Mild symptoms, being unsure of testing locations, and other certain demographic factors have been identified as barriers to COVID-19 testing in the United Kingdom, according to a new study of more than 4 million adults through the U.K.

Testing remains a crucial component of the COVID-19 public health response. In the U.K., free PCR COVID-19 tests are offered to people with any of three symptoms: a high temperature, a new, continuous cough, or a change in their sense of smell or taste. However, more than a quarter of people in the U.K. reporting these symptoms don’t get tested.

The study was published in the open-access journal PLOS Global Public Health by Christina M. Astley, MD, ScD, of Boston Children’s Hospital, US, and colleagues from King’s College London.

In the new study, Astley and colleagues analyzed data on 4.3 million people enrolled in the U.K. Zoe COVID Symptom Study, who use a smartphone app to self-report COVID symptoms and test results. They sent follow-up surveys at the end of 2020 to nearly 5,000 people who reported COVID-19 symptoms but no test. The researchers also studied more than 700,000 responses, received between April 2020 and February 2021, from U.K. participants of the University of Maryland Global COVID-19 Trends and Impact Survey (UMD-CTIS), an ongoing survey.

The proportion of Zoe participants reporting COVID-19 testing among those noting symptoms has increased over time, from less than 20% in April 2020 to more than 70% in January 2021, the study found. The odds of a symptomatic person not testing were higher for those with just one symptom compared to more symptoms (27.1% versus 14.6%), and for those with symptoms lasting two or fewer days compared to those with longer-lasting symptoms (30.1% vs 14.6%). Overall, 40.4% of survey respondents were not able to name all three test-qualifying symptoms. Symptom identification decreased for every decade of age. Amongst symptomatic UMD-CTIS respondents who wanted to test but did not have a test, not knowing where to go was the most cited factor (32.4%); this increased for each decade older for every four years fewer of education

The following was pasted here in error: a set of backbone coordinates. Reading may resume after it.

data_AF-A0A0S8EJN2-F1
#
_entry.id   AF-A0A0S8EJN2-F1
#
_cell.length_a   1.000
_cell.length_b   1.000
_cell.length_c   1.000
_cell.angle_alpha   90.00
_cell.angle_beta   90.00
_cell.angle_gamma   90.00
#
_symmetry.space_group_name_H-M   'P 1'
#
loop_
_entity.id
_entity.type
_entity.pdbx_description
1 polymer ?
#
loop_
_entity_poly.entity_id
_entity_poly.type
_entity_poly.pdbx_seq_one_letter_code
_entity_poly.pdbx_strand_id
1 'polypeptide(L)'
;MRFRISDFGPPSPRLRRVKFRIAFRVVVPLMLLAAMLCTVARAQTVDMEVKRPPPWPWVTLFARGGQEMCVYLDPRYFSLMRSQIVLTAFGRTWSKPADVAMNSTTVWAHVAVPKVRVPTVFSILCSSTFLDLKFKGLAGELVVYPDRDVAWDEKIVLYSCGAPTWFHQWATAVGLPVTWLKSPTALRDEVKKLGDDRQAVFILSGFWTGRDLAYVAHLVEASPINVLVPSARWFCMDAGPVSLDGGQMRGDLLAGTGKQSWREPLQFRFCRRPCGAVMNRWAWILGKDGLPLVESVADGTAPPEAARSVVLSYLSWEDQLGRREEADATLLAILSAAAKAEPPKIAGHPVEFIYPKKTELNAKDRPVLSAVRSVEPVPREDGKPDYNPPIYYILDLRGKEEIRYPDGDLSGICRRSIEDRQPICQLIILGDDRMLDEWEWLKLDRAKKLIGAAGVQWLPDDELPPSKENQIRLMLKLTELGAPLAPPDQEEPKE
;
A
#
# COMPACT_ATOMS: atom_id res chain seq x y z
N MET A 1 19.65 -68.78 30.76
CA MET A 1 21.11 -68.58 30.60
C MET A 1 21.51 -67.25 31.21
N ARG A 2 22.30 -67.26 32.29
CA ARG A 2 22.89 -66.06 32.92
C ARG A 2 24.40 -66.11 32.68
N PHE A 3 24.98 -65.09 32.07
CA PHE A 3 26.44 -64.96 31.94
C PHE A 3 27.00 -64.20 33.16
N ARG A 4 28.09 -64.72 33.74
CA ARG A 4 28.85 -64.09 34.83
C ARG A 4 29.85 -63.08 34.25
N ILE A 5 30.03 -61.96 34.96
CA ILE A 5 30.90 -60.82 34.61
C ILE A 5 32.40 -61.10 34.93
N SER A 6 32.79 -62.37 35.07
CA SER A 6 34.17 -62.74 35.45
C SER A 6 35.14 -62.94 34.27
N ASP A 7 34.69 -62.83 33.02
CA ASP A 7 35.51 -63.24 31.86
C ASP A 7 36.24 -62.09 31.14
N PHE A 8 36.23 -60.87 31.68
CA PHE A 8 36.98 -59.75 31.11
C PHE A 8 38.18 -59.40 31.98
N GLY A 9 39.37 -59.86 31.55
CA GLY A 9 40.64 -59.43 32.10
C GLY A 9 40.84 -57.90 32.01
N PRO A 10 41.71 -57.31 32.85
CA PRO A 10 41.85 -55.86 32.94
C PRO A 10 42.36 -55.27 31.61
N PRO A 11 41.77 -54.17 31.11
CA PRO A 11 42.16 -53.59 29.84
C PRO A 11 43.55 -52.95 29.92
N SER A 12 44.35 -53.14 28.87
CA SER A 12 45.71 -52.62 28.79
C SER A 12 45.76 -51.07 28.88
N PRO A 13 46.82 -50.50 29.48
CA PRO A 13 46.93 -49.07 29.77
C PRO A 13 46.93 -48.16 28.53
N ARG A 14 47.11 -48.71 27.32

The authors conclude that greater efforts and improved messaging are needed to educate the U.K. public about testing recommendations. The findings, they say, support the need for targeted messaging to certain at-risk demographic groups, and an emphasis that even individuals with mild or transient symptoms may have COVID-19 and should get tested.

Featured image: Sign to a COVID-19 test center in the U.K. Photo: Joshua Lawrence, Unsplash